Sensitivity and Specificity of the Humpty Dumpty Fall Scale (HDFS)

Monday, 7 July 2008: 10:50 AM
Patricia R. Messmer, PhD, RN, BC, FAAN , Nurse Researcher, Children's Mercy Hospitals & Clinics, Kansas City, MO
Deborah HIll-Rodriguez, ARNP, MSN, CS-BC , Nursing Department, Miami Children's Hospital, Miami, FL

Learning Objective 1: To learn about instrument development in Pediatric Nursing

Learning Objective 2: To discuss the development and implementation of the Humpty Dumpty Falls Scale (HDFS) Instrument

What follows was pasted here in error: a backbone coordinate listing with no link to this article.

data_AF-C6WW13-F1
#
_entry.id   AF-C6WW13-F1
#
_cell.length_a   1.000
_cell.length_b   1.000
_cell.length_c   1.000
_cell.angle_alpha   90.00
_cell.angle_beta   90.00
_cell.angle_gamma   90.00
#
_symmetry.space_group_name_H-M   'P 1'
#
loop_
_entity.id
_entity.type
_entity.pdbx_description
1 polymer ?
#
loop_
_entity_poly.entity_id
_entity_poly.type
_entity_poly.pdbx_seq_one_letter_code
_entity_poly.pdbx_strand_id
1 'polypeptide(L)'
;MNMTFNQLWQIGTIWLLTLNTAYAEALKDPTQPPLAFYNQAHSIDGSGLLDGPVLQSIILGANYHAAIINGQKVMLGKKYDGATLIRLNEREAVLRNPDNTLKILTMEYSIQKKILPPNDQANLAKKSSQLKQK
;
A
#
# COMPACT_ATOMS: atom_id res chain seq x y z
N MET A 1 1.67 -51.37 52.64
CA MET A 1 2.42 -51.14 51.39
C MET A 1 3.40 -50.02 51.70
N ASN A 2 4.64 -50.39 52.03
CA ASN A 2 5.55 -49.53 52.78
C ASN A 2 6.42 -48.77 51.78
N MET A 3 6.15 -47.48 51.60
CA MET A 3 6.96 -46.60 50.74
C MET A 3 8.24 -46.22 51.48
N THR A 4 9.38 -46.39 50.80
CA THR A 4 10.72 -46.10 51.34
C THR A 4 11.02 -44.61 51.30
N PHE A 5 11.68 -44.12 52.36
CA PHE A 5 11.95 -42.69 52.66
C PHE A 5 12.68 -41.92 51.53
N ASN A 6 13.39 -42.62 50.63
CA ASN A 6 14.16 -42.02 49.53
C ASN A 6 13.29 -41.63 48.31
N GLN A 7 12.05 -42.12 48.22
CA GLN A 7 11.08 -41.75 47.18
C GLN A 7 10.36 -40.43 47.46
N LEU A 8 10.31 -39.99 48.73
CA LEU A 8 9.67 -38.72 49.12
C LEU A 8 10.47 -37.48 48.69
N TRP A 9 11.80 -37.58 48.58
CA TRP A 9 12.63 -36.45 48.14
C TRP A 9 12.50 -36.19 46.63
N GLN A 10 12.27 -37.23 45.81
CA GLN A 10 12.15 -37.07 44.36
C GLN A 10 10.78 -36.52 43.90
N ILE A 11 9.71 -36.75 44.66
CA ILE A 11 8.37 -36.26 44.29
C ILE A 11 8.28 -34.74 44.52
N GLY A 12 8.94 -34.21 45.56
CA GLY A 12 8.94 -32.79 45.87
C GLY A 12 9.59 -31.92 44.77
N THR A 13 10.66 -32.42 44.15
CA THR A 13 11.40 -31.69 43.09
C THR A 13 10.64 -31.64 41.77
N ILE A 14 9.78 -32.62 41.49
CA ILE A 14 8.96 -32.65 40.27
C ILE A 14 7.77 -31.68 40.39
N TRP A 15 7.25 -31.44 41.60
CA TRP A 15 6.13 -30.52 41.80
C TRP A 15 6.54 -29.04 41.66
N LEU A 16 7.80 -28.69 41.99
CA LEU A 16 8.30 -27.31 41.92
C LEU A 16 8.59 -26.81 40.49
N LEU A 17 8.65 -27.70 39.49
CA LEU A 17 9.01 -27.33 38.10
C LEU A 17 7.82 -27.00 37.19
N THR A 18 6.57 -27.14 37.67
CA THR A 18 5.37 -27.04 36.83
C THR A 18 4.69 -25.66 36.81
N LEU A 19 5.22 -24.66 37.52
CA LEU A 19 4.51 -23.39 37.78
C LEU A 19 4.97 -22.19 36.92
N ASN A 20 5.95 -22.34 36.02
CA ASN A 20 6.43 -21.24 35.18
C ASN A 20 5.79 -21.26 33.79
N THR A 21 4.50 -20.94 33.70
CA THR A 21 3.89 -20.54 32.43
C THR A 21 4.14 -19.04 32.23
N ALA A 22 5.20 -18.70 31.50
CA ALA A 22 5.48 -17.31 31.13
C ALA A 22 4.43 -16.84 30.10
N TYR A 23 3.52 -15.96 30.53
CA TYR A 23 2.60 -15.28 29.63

The Humpty Dumpty Fall Scale (HDFS) is a promising tool for screening pediatric patients for likelihood, “fall risk” while hospitalized. In a case-control study, Hill-Rodriguez & Messmer (2008) reported 1.87 odds ratio (OR) when HDFS score is greater than or equal to 12 (95% CI 1.05, 3.54, p = .03). OR suggests that patients with elevated HDFS approach twice the risk of falling as those with lower scores. Most important of screening properties are the sensitivity, specificity, and positive and negative predictive power of instruments (Rothman et al 2008). Test sensitivity is .85 (129/151) while test specificity is .24 (37/153). Overall percentage of patients correctly classified as to fall risk was 54.6% or (129+37)/304. Falls among hospitalized children report low prevalence and incidence rates, often .2%. Pediatric falls, currently reported may be artifacts of poor tracking and inappropriate definition of events rather than reflect real incidence. The significant OR arises from the good identification of the at-risk status of Cases by patient HDFS scores, its good sensitivity. The cutpoint used for the analysis is 12 or above; subjects with HDFS scores equal to or above 12 were identified high risk; movement to cutpoint-15 implies a sharp reduction in sensitivity. A t-test between HDFS1 and gender produced a difference between gender of 1.50, with a female mean of 13.35 and male mean of 14.85, t = 4.8547, p < .0001. A test between HDFS2 and gender showed difference between gender of .50, with t = 1.6267, p = .1048. The correlations indicate removing gender and age has virtually no affect on scores. HDFS should be used prospectively with patients to determine if HDFS screening properties found in the case-control design appear in clinical application. Clinicians using HDFS can be evaluated qualitatively in a prospective assessment, invaluable appraising the feasibility of HDFS.